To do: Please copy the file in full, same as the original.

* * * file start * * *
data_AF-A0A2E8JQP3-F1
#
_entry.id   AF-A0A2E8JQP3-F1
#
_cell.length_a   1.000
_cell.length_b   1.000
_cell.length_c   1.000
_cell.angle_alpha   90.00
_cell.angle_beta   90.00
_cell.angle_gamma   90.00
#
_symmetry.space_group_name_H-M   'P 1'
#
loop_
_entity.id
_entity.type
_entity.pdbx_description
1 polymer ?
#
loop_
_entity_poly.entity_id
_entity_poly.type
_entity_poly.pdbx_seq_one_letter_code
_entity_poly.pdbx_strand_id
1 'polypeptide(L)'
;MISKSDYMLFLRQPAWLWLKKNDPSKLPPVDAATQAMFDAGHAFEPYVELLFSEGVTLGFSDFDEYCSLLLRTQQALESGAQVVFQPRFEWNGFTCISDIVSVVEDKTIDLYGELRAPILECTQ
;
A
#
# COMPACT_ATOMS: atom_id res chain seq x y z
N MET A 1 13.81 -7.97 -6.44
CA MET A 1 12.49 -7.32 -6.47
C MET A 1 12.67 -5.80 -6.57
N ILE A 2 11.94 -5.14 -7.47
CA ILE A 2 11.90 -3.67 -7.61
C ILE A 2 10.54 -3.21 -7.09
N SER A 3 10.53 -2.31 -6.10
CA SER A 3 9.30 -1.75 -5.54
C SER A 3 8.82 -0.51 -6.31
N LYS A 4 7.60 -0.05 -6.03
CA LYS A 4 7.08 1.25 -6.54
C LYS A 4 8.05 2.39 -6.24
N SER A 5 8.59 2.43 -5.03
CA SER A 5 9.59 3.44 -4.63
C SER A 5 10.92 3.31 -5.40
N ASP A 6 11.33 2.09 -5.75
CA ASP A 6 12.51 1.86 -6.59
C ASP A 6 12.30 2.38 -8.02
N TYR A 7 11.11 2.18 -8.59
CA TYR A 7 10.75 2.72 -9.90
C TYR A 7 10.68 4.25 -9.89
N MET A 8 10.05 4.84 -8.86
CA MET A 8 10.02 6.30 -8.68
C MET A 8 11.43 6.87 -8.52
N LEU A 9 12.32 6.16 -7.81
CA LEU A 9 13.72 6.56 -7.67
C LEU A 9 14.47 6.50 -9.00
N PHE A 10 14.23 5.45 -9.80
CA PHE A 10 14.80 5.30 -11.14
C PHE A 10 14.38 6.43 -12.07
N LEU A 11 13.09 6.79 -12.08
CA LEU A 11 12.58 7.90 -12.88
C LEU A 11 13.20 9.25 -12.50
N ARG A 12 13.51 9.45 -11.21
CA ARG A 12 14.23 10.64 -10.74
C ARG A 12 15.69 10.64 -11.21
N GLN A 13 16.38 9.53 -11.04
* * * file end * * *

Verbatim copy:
data_AF-A0A2E8JQP3-F1
#
_entry.id   AF-A0A2E8JQP3-F1
#
_cell.length_a   1.000
_cell.length_b   1.000
_cell.length_c   1.000
_cell.angle_alpha   90.00
_cell.angle_beta   90.00
_cell.angle_gamma   90.00
#
_symmetry.space_group_name_H-M   'P 1'
#
loop_
_entity.id
_entity.type
_entity.pdbx_description
1 polymer ?
#
loop_
_entity_poly.entity_id
_entity_poly.type
_entity_poly.pdbx_seq_one_letter_code
_entity_poly.pdbx_strand_id
1 'polypeptide(L)'
;MISKSDYMLFLRQPAWLWLKKNDPSKLPPVDAATQAMFDAGHAFEPYVELLFSEGVTLGFSDFDEYCSLLLRTQQALESGAQVVFQPRFEWNGFTCISDIVSVVEDKTIDLYGELRAPILECTQ
;
A
#
# COMPACT_ATOMS: atom_id res chain seq x y z
N MET A 1 13.81 -7.97 -6.44
CA MET A 1 12.49 -7.32 -6.47
C MET A 1 12.67 -5.80 -6.57
N ILE A 2 11.94 -5.14 -7.47
CA ILE A 2 11.90 -3.67 -7.61
C ILE A 2 10.54 -3.21 -7.09
N SER A 3 10.53 -2.31 -6.10
CA SER A 3 9.30 -1.75 -5.54
C SER A 3 8.82 -0.51 -6.31
N LYS A 4 7.60 -0.05 -6.03
CA LYS A 4 7.08 1.25 -6.54
C LYS A 4 8.05 2.39 -6.24
N SER A 5 8.59 2.43 -5.03
CA SER A 5 9.59 3.44 -4.63
C SER A 5 10.92 3.31 -5.40
N ASP A 6 11.33 2.09 -5.75
CA ASP A 6 12.51 1.86 -6.59
C ASP A 6 12.30 2.38 -8.02
N TYR A 7 11.11 2.18 -8.59
CA TYR A 7 10.75 2.72 -9.90
C TYR A 7 10.68 4.25 -9.89
N MET A 8 10.05 4.84 -8.86
CA MET A 8 10.02 6.30 -8.68
C MET A 8 11.43 6.87 -8.52
N LEU A 9 12.32 6.16 -7.81
CA LEU A 9 13.72 6.56 -7.67
C LEU A 9 14.47 6.50 -9.00
N PHE A 10 14.23 5.45 -9.80
CA PHE A 10 14.80 5.30 -11.14
C PHE A 10 14.38 6.43 -12.07
N LEU A 11 13.09 6.79 -12.08
CA LEU A 11 12.58 7.90 -12.88
C LEU A 11 13.20 9.25 -12.50
N ARG A 12 13.51 9.45 -11.21
CA ARG A 12 14.23 10.64 -10.74
C ARG A 12 15.69 10.64 -11.21
N GLN A 13 16.38 9.53 -11.04